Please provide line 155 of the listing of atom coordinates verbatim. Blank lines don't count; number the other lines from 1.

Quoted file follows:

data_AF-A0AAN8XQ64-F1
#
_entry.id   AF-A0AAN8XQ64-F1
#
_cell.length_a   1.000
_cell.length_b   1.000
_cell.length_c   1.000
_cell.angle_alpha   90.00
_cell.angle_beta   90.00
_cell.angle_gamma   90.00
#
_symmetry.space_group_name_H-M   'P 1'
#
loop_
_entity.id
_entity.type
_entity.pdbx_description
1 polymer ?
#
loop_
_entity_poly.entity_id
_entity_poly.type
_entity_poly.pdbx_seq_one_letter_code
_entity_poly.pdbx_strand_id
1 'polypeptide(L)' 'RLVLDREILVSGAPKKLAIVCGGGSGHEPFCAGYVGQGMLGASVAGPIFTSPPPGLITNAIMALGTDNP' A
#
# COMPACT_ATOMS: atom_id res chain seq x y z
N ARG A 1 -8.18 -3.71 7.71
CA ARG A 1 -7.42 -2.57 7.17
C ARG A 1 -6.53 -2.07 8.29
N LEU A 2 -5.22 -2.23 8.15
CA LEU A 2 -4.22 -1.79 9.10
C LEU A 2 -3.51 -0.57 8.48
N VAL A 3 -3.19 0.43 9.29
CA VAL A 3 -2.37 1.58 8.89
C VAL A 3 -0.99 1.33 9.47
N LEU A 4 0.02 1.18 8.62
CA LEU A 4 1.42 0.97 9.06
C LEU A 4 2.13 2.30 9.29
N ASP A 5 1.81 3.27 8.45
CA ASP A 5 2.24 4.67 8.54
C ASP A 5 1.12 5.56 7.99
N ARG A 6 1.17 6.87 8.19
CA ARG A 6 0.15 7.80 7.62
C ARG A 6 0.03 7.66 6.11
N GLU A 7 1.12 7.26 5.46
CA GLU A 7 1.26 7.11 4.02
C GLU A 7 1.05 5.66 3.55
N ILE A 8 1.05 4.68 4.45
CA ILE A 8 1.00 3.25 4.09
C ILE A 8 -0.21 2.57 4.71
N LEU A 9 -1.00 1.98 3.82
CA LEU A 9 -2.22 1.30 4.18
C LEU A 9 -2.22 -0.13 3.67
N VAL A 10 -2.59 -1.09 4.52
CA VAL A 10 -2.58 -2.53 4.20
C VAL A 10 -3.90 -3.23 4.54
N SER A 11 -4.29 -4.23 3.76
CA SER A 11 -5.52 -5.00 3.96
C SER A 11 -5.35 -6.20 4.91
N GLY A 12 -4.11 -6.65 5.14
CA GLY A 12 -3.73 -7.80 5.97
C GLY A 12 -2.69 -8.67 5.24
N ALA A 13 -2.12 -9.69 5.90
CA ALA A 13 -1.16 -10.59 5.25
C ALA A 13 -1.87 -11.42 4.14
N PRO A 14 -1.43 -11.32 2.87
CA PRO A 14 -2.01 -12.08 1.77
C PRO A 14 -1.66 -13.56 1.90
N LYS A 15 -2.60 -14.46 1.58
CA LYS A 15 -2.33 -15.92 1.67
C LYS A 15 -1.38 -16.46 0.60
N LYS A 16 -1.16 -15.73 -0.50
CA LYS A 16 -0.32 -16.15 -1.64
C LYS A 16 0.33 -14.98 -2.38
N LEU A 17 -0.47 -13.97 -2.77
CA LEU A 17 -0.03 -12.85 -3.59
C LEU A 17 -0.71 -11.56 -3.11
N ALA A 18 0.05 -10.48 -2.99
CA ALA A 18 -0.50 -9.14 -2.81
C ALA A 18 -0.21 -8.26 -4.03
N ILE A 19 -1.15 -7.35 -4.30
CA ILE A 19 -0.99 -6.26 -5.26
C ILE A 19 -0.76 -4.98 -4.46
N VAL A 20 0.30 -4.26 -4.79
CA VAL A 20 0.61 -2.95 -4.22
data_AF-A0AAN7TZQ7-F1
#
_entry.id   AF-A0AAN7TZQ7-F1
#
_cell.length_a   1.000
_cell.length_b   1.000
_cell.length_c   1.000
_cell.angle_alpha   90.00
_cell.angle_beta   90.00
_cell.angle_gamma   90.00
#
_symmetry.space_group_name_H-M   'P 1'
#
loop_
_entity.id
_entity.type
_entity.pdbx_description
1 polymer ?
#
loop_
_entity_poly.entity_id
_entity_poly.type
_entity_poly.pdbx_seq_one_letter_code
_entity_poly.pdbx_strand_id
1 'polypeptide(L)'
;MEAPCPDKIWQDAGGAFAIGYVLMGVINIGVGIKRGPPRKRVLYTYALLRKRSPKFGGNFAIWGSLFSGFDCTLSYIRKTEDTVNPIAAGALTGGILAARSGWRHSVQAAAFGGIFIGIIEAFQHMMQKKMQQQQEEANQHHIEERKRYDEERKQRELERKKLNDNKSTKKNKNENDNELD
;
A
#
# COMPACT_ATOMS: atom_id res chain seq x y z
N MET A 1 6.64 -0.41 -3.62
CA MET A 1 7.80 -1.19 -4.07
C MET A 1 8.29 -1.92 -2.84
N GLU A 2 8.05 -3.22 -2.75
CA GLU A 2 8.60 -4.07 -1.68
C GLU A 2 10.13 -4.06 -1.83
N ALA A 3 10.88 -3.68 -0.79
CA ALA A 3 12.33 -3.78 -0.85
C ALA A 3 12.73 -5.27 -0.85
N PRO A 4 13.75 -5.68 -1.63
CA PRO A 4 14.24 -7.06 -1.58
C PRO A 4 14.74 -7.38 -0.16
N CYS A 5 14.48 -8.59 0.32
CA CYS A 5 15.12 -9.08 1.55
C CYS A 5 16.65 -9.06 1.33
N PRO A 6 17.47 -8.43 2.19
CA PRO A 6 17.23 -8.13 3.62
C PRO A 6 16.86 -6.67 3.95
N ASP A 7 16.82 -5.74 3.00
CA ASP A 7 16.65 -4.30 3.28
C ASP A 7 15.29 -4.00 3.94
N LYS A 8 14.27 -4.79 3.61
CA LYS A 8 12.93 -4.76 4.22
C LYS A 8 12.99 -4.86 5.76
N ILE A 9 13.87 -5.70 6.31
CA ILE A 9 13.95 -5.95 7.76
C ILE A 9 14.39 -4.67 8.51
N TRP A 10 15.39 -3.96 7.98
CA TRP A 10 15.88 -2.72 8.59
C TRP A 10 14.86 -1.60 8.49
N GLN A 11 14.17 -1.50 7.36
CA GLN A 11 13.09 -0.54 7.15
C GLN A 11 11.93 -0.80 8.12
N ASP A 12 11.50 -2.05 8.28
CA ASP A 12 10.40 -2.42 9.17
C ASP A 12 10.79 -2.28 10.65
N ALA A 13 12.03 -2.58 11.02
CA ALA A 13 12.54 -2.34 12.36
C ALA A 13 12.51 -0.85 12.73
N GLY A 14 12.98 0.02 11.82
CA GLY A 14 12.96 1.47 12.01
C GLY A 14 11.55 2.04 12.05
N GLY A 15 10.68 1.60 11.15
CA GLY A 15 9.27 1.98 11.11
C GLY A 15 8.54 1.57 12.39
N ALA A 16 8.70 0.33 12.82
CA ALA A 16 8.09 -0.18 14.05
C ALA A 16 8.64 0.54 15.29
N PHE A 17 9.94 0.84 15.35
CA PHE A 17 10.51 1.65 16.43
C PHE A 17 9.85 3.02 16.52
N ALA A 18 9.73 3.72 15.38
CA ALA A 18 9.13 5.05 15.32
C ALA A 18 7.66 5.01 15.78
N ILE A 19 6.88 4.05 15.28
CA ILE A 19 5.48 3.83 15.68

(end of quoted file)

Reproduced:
C ALA A 13 12.51 -0.85 12.73